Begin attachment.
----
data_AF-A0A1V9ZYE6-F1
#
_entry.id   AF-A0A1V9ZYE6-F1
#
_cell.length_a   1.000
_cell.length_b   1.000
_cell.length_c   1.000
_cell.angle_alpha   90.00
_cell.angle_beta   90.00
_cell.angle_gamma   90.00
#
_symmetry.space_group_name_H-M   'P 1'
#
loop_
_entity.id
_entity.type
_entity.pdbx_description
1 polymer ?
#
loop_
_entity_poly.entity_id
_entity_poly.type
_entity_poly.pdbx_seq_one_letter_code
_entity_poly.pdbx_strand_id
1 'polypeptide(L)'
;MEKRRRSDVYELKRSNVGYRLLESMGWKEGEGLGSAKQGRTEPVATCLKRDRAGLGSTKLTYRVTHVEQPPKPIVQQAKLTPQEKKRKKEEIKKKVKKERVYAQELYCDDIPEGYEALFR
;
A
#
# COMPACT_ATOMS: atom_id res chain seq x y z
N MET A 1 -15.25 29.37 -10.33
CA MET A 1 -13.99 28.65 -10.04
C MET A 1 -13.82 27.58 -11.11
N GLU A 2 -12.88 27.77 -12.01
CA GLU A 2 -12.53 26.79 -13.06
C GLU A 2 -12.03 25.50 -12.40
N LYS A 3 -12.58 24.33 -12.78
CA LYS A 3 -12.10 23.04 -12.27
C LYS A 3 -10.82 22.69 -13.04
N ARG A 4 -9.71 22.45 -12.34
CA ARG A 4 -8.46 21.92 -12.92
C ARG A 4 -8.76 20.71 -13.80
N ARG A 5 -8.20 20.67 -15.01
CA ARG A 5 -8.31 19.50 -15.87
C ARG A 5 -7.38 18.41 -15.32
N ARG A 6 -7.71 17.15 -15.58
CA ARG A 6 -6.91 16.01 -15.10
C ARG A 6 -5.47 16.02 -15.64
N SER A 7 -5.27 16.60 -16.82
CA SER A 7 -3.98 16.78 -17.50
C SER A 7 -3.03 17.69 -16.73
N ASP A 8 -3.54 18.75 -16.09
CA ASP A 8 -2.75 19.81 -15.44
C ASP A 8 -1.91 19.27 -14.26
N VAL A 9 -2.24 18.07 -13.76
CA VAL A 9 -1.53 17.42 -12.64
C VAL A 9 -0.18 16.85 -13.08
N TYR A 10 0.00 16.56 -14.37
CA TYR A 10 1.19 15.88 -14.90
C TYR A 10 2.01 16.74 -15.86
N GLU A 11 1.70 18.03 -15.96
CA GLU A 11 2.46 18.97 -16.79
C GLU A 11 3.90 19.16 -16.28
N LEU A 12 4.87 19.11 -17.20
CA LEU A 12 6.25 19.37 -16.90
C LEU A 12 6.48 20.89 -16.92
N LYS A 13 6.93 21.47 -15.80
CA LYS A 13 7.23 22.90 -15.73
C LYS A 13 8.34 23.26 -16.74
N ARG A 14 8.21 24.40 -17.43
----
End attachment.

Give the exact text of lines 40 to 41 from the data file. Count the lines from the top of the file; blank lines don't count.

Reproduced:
N ARG A 4 -9.71 22.45 -12.34
CA ARG A 4 -8.46 21.92 -12.92